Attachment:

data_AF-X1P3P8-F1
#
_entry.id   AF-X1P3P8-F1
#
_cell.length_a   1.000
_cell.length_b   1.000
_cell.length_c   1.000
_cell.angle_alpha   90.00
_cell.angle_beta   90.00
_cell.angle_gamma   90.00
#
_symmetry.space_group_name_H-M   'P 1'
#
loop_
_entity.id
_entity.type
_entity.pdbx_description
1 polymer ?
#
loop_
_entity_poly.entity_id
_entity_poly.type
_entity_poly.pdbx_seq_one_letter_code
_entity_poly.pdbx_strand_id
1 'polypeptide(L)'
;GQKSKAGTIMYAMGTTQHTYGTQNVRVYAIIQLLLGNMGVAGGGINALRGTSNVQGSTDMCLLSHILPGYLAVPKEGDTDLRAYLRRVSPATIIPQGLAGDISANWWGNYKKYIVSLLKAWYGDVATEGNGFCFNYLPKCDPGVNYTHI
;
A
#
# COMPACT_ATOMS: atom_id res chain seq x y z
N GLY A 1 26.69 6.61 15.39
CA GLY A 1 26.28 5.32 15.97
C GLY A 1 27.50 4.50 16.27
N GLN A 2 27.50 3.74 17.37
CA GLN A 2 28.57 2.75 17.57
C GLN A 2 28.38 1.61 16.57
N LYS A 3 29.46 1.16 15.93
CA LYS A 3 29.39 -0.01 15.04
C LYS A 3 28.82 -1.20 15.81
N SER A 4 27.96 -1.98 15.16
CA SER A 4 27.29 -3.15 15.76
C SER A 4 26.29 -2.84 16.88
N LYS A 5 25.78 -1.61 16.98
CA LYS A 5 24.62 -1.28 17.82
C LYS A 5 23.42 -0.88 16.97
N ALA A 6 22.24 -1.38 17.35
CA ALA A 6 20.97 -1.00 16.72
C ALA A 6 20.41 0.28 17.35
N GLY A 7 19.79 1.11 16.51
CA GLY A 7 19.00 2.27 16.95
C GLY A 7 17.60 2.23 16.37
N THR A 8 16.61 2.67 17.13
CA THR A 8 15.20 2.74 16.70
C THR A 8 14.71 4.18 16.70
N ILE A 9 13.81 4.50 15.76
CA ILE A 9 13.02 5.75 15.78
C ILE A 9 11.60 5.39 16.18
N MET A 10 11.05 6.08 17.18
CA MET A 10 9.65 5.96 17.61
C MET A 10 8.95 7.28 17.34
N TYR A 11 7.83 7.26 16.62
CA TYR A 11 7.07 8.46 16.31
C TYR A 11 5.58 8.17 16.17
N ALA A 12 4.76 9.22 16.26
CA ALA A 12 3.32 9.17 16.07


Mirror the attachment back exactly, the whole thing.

data_AF-X1P3P8-F1
#
_entry.id   AF-X1P3P8-F1
#
_cell.length_a   1.000
_cell.length_b   1.000
_cell.length_c   1.000
_cell.angle_alpha   90.00
_cell.angle_beta   90.00
_cell.angle_gamma   90.00
#
_symmetry.space_group_name_H-M   'P 1'
#
loop_
_entity.id
_entity.type
_entity.pdbx_description
1 polymer ?
#
loop_
_entity_poly.entity_id
_entity_poly.type
_entity_poly.pdbx_seq_one_letter_code
_entity_poly.pdbx_strand_id
1 'polypeptide(L)'
;GQKSKAGTIMYAMGTTQHTYGTQNVRVYAIIQLLLGNMGVAGGGINALRGTSNVQGSTDMCLLSHILPGYLAVPKEGDTDLRAYLRRVSPATIIPQGLAGDISANWWGNYKKYIVSLLKAWYGDVATEGNGFCFNYLPKCDPGVNYTHI
;
A
#
# COMPACT_ATOMS: atom_id res chain seq x y z
N GLY A 1 26.69 6.61 15.39
CA GLY A 1 26.28 5.32 15.97
C GLY A 1 27.50 4.50 16.27
N GLN A 2 27.50 3.74 17.37
CA GLN A 2 28.57 2.75 17.57
C GLN A 2 28.38 1.61 16.57
N LYS A 3 29.46 1.16 15.93
CA LYS A 3 29.39 -0.01 15.04
C LYS A 3 28.82 -1.20 15.81
N SER A 4 27.96 -1.98 15.16
CA SER A 4 27.29 -3.15 15.76
C SER A 4 26.29 -2.84 16.88
N LYS A 5 25.78 -1.61 16.98
CA LYS A 5 24.62 -1.28 17.82
C LYS A 5 23.42 -0.88 16.97
N ALA A 6 22.24 -1.38 17.35
CA ALA A 6 20.97 -1.00 16.72
C ALA A 6 20.41 0.28 17.35
N GLY A 7 19.79 1.11 16.51
CA GLY A 7 19.00 2.27 16.95
C GLY A 7 17.60 2.23 16.37
N THR A 8 16.61 2.67 17.13
CA THR A 8 15.20 2.74 16.70
C THR A 8 14.71 4.18 16.70
N ILE A 9 13.81 4.50 15.76
CA ILE A 9 13.02 5.75 15.78
C ILE A 9 11.60 5.39 16.18
N MET A 10 11.05 6.08 17.18
CA MET A 10 9.65 5.96 17.61
C MET A 10 8.95 7.28 17.34
N TYR A 11 7.83 7.26 16.62
CA TYR A 11 7.07 8.46 16.31
C TYR A 11 5.58 8.17 16.17
N ALA A 12 4.76 9.22 16.26
CA ALA A 12 3.32 9.17 16.07